Login / Register

Identical Snowflakes? Scientist Ruins Winter For Everyone. | Deep Look

Thanks! Share it with your friends!


You disliked this video. Thanks for the feedback!

Sorry, only registred users can create playlists.

 Environmental   |   Physics   |   Science
 Find Related Videos  added


We've all heard that each and every snowflake is unique. But in a lab in sunny southern California, a physicist has learned to control the way snowflakes grow. Can he really make twins?

SUBSCRIBE to Deep Look!

DEEP LOOK is a ultra-HD (4K) short video series created by KQED San Francisco and presented by PBS Digital Studios. See the unseen at the very edge of our visible world. Get a new perspective on our place in the universe. Explore big scientific mysteries by going incredibly small.


California's historic drought is finally over thanks largely to a relentless parade of powerful storms that have brought the Sierra Nevada snowpack to the highest level in six years, and guaranteed skiing into June. All that snow spurs an age-old question -- is every snowflake really unique?

“It’s one of these questions that’s been around forever,” said Ken Libbrecht, a professor of physics at the California Institute of Technology in Pasadena. “I think we all learn it in elementary school, the old saying that no two snowflakes are alike.”

--- How do snowflakes form?
Snow crystals form when humid air is cooled to the point that molecules of water vapor start sticking to each other. In the clouds, crystals usually start forming around a tiny microscopic dust particle, but if the water vapor gets cooled quickly enough the crystals can form spontaneously out of water molecules alone. Over time, more water molecules stick to the crystal until it gets heavy enough to fall.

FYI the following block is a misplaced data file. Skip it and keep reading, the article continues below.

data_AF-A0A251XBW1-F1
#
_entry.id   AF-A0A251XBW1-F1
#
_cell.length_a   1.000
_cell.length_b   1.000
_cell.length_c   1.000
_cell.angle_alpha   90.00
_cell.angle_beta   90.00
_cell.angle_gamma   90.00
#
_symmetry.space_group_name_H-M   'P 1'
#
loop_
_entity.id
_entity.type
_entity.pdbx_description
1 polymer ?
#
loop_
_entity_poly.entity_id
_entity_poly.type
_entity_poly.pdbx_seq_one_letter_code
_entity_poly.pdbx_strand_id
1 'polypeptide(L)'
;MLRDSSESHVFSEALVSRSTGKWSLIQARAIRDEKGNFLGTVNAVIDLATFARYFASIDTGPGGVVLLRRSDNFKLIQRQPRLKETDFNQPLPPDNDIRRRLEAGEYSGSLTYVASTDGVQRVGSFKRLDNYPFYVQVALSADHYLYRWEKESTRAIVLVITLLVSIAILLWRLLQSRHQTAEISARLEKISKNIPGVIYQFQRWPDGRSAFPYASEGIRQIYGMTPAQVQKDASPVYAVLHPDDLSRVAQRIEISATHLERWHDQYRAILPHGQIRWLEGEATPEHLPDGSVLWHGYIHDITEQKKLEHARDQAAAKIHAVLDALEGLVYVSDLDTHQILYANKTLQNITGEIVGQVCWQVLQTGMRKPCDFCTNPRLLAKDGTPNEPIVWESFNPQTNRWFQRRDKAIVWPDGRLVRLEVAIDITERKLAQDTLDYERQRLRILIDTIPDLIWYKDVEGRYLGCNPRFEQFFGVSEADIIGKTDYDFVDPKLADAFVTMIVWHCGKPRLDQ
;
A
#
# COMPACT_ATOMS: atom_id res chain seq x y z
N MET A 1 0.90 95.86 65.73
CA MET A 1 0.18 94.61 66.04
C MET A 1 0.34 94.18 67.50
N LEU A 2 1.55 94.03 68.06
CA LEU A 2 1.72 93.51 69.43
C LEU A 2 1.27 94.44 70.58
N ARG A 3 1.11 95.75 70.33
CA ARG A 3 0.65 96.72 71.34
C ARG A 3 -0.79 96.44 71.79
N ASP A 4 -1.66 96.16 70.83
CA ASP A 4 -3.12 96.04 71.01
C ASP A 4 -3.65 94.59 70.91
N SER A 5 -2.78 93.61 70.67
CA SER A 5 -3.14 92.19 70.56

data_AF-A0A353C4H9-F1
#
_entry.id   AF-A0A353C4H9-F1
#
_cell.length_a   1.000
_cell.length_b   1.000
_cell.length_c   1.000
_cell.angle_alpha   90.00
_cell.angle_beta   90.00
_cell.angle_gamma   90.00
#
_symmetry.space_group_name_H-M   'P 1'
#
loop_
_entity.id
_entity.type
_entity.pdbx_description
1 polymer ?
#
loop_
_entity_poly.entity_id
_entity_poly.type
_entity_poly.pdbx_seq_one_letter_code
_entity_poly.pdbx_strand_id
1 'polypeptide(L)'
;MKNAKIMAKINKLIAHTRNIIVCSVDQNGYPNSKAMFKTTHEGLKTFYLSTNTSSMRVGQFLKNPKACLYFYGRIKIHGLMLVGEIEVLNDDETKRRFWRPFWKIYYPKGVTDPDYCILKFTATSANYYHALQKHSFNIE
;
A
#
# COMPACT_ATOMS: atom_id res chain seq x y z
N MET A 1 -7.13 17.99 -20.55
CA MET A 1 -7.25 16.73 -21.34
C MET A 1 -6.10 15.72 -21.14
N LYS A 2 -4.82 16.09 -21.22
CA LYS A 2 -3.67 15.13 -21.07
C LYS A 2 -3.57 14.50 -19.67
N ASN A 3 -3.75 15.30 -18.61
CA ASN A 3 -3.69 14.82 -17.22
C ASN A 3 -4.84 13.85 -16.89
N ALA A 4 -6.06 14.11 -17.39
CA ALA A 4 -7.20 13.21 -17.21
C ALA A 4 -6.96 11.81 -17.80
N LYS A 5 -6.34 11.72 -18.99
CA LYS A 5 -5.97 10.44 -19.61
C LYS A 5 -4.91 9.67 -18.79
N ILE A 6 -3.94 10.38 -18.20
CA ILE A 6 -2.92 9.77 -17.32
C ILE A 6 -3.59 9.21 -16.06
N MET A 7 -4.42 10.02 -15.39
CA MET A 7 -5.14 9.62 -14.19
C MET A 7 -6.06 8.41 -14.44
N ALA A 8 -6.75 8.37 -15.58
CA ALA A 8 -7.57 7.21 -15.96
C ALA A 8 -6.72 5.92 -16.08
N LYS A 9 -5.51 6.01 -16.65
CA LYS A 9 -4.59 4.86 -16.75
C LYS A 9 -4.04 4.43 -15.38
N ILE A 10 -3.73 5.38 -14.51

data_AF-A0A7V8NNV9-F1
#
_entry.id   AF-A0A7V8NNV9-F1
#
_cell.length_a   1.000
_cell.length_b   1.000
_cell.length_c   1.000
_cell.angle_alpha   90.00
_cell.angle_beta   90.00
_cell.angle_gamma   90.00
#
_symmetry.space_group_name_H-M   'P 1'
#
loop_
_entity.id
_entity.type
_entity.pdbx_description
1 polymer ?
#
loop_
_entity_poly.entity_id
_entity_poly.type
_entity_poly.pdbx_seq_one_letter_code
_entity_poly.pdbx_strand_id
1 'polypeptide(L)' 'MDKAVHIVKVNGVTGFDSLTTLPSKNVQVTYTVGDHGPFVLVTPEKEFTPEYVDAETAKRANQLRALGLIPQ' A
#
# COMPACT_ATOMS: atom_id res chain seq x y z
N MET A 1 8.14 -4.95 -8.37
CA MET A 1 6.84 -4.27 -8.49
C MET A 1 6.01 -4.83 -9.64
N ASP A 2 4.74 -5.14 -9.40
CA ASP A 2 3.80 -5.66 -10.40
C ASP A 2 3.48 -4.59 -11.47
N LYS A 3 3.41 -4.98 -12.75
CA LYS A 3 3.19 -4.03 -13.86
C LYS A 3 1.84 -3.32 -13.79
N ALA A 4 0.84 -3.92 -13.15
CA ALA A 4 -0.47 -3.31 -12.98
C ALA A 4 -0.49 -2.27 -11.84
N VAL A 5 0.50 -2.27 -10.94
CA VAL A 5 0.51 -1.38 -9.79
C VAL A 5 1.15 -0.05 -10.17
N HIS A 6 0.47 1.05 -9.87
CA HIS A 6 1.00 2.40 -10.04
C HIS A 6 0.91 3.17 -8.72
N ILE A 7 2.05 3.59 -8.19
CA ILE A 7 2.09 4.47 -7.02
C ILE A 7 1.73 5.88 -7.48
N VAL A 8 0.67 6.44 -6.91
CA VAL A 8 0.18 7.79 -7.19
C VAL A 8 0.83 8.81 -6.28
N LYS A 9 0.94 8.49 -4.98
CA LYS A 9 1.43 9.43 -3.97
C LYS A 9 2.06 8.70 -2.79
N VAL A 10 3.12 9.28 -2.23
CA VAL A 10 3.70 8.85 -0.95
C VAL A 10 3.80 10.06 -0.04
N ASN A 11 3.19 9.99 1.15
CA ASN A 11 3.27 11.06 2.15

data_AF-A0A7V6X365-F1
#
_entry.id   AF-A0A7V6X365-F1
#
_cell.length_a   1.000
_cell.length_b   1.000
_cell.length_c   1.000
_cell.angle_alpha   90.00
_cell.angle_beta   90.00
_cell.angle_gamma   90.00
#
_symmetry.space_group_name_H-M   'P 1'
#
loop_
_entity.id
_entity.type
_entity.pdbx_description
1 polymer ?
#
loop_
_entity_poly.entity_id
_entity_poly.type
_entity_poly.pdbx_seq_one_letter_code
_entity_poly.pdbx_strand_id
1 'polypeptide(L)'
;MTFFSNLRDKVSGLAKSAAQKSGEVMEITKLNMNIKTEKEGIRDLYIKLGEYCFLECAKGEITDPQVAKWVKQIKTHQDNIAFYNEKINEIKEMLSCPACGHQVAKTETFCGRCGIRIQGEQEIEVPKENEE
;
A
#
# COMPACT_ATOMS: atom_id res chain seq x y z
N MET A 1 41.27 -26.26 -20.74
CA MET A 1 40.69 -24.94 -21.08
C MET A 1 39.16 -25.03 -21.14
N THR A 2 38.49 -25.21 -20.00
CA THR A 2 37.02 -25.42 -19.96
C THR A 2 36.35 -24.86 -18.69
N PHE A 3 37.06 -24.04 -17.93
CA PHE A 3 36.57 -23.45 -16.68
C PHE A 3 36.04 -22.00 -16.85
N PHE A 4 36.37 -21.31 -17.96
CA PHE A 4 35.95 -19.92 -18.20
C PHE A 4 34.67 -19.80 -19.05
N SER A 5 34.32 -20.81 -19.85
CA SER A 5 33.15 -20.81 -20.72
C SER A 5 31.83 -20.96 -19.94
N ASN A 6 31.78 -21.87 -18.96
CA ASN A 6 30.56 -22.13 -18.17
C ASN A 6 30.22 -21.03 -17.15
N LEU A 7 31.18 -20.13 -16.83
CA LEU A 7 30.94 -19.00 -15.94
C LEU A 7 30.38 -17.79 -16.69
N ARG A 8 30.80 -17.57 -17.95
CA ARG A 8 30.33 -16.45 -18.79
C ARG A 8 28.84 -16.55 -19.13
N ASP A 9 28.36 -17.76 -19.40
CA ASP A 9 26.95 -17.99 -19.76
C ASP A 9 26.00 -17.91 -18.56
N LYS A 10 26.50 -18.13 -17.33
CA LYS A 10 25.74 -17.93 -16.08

--- Why do snowflakes have six arms?
Each water molecule is each made out of one oxygen atom and two hydrogen atoms. As vapor, the water molecules bounce around slamming into each other. As the vapor cools, the hydrogen atom of one molecule forms a bond with the oxygen of another water molecule. This is called a hydrogen bond. These bonds make the water molecules stick together in the shape of a hexagonal ring. As the crystal grows, more molecules join fitting within that same repeating pattern called a crystal array. The crystal keeps the hexagonal symmetry as it grows.

--- Is every snowflake unique?
Snowflakes develop into different shapes depending on the humidity and temperature conditions they experience at different times during their growth. In nature, snowflakes don’t travel together. Instead, each takes it’s own path through the clouds experiencing different conditions at different times. Since each crystal takes a different path, they each turn out slightly differently. Growing snow crystals in laboratory is a whole other story.

---+ Read the entire article on KQED Science:

---+ For more information:

Ken Libbrecht’s online guide to snowflakes, snow crystals and other ice phenomena.

---+ More Great Deep Look episodes:
Can A Thousand Tiny Swarming Robots Outsmart Nature? | Deep Look
What Gives the Morpho Butterfly Its Magnificent Blue? | Deep Look
The Amazing Life of Sand | Deep Look
The Hidden Perils of Permafrost | Deep Look

---+ See some great videos and documentaries from the PBS Digital Studios!
The Science of Snowflakes | It’s OK to be Smart
An Infinite Number of Words for Snow | PBS Idea Channel
Is an Ice Age Coming? | Space Time | PBS Digital Studios

---+ Follow KQED Science:

KQED Science:

---+ About KQED

KQED, an NPR and PBS affiliate in San Francisco, CA, serves Northern California and beyond with a public-supported alternative to commercial TV, Radio and web media.

Funding for Deep Look is provided in part by PBS Digital Studios and the John S. and James L. Knight Foundation. Deep Look is a project of KQED Science, which is also supported by HopeLab, the S. D. Bechtel, Jr. Foundation, the Dirk and Charlene Kabcenell Foundation, the Vadasz Family Foundation, the Gordon and Betty Moore Foundation, the Smart Family Foundation and the members of KQED.

Post your comment


Be the first to comment